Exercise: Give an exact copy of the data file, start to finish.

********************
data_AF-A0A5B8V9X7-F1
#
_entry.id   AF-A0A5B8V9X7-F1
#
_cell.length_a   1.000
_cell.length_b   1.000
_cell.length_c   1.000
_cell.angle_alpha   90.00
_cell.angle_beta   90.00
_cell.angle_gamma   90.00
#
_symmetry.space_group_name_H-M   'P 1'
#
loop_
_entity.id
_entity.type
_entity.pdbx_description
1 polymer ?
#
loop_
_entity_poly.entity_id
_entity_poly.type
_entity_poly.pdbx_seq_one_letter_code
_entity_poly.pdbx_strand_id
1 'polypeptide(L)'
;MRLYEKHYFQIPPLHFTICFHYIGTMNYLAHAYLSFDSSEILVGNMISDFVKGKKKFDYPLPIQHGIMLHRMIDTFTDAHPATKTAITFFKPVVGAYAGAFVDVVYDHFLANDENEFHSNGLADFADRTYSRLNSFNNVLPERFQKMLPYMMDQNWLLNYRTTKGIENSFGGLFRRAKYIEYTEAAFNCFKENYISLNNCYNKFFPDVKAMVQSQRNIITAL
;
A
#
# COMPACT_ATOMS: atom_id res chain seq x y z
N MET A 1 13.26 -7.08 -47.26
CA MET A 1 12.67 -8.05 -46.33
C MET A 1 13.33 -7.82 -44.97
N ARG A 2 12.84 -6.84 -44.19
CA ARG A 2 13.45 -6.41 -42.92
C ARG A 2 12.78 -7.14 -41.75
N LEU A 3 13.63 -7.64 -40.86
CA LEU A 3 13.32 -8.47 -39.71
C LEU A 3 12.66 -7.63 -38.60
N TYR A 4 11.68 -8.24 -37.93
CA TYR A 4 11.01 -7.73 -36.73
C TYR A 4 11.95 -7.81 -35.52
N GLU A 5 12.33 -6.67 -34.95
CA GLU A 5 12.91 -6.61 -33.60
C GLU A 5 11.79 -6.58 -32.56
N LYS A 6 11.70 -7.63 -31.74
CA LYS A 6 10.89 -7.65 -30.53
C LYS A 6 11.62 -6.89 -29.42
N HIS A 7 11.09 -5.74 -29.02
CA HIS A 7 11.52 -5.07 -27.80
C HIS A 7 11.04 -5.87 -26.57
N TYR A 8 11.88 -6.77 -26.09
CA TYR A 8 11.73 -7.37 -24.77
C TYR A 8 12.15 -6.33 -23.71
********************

data_AF-A0A5B8V9X7-F1
#
_entry.id   AF-A0A5B8V9X7-F1
#
_cell.length_a   1.000
_cell.length_b   1.000
_cell.length_c   1.000
_cell.angle_alpha   90.00
_cell.angle_beta   90.00
_cell.angle_gamma   90.00
#
_symmetry.space_group_name_H-M   'P 1'
#
loop_
_entity.id
_entity.type
_entity.pdbx_description
1 polymer ?
#
loop_
_entity_poly.entity_id
_entity_poly.type
_entity_poly.pdbx_seq_one_letter_code
_entity_poly.pdbx_strand_id
1 'polypeptide(L)'
;MRLYEKHYFQIPPLHFTICFHYIGTMNYLAHAYLSFDSSEILVGNMISDFVKGKKKFDYPLPIQHGIMLHRMIDTFTDAHPATKTAITFFKPVVGAYAGAFVDVVYDHFLANDENEFHSNGLADFADRTYSRLNSFNNVLPERFQKMLPYMMDQNWLLNYRTTKGIENSFGGLFRRAKYIEYTEAAFNCFKENYISLNNCYNKFFPDVKAMVQSQRNIITAL
;
A
#
# COMPACT_ATOMS: atom_id res chain seq x y z
N MET A 1 13.26 -7.08 -47.26
CA MET A 1 12.67 -8.05 -46.33
C MET A 1 13.33 -7.82 -44.97
N ARG A 2 12.84 -6.84 -44.19
CA ARG A 2 13.45 -6.41 -42.92
C ARG A 2 12.78 -7.14 -41.75
N LEU A 3 13.63 -7.64 -40.86
CA LEU A 3 13.32 -8.47 -39.71
C LEU A 3 12.66 -7.63 -38.60
N TYR A 4 11.68 -8.24 -37.93
CA TYR A 4 11.01 -7.73 -36.73
C TYR A 4 11.95 -7.81 -35.52
N GLU A 5 12.33 -6.67 -34.95
CA GLU A 5 12.91 -6.61 -33.60
C GLU A 5 11.79 -6.58 -32.56
N LYS A 6 11.70 -7.63 -31.74
CA LYS A 6 10.89 -7.65 -30.53
C LYS A 6 11.62 -6.89 -29.42
N HIS A 7 11.09 -5.74 -29.02
CA HIS A 7 11.52 -5.07 -27.80
C HIS A 7 11.04 -5.87 -26.57
N TYR A 8 11.88 -6.77 -26.09
CA TYR A 8 11.73 -7.37 -24.77
C TYR A 8 12.15 -6.33 -23.71